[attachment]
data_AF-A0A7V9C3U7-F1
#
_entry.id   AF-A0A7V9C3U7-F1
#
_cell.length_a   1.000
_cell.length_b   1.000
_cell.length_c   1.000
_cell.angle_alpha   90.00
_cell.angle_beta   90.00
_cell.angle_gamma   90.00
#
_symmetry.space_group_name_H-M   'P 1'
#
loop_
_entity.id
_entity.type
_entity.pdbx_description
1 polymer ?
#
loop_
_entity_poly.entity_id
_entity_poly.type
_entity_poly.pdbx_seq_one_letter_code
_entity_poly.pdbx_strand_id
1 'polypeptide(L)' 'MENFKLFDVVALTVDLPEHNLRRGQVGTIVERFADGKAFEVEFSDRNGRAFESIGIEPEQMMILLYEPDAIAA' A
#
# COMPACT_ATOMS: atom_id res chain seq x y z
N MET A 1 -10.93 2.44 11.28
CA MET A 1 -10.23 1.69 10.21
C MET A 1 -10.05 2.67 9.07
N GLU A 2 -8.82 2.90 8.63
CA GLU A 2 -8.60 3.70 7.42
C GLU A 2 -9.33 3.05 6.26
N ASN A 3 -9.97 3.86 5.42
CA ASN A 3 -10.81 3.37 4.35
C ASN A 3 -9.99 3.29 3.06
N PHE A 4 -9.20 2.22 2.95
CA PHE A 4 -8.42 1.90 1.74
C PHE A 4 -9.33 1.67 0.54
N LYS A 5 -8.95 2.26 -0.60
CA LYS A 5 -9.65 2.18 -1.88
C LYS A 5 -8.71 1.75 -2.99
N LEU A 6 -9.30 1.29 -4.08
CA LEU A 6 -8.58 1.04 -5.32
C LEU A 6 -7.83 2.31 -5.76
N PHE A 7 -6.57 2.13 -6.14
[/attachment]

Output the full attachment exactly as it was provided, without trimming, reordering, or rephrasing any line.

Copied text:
data_AF-A0A7V9C3U7-F1
#
_entry.id   AF-A0A7V9C3U7-F1
#
_cell.length_a   1.000
_cell.length_b   1.000
_cell.length_c   1.000
_cell.angle_alpha   90.00
_cell.angle_beta   90.00
_cell.angle_gamma   90.00
#
_symmetry.space_group_name_H-M   'P 1'
#
loop_
_entity.id
_entity.type
_entity.pdbx_description
1 polymer ?
#
loop_
_entity_poly.entity_id
_entity_poly.type
_entity_poly.pdbx_seq_one_letter_code
_entity_poly.pdbx_strand_id
1 'polypeptide(L)' 'MENFKLFDVVALTVDLPEHNLRRGQVGTIVERFADGKAFEVEFSDRNGRAFESIGIEPEQMMILLYEPDAIAA' A
#
# COMPACT_ATOMS: atom_id res chain seq x y z
N MET A 1 -10.93 2.44 11.28
CA MET A 1 -10.23 1.69 10.21
C MET A 1 -10.05 2.67 9.07
N GLU A 2 -8.82 2.90 8.63
CA GLU A 2 -8.60 3.70 7.42
C GLU A 2 -9.33 3.05 6.26
N ASN A 3 -9.97 3.86 5.42
CA ASN A 3 -10.81 3.37 4.35
C ASN A 3 -9.99 3.29 3.06
N PHE A 4 -9.20 2.22 2.95
CA PHE A 4 -8.42 1.90 1.74
C PHE A 4 -9.33 1.67 0.54
N LYS A 5 -8.95 2.26 -0.60
CA LYS A 5 -9.65 2.18 -1.88
C LYS A 5 -8.71 1.75 -2.99
N LEU A 6 -9.30 1.29 -4.08
CA LEU A 6 -8.58 1.04 -5.32
C LEU A 6 -7.83 2.31 -5.76
N PHE A 7 -6.57 2.13 -6.14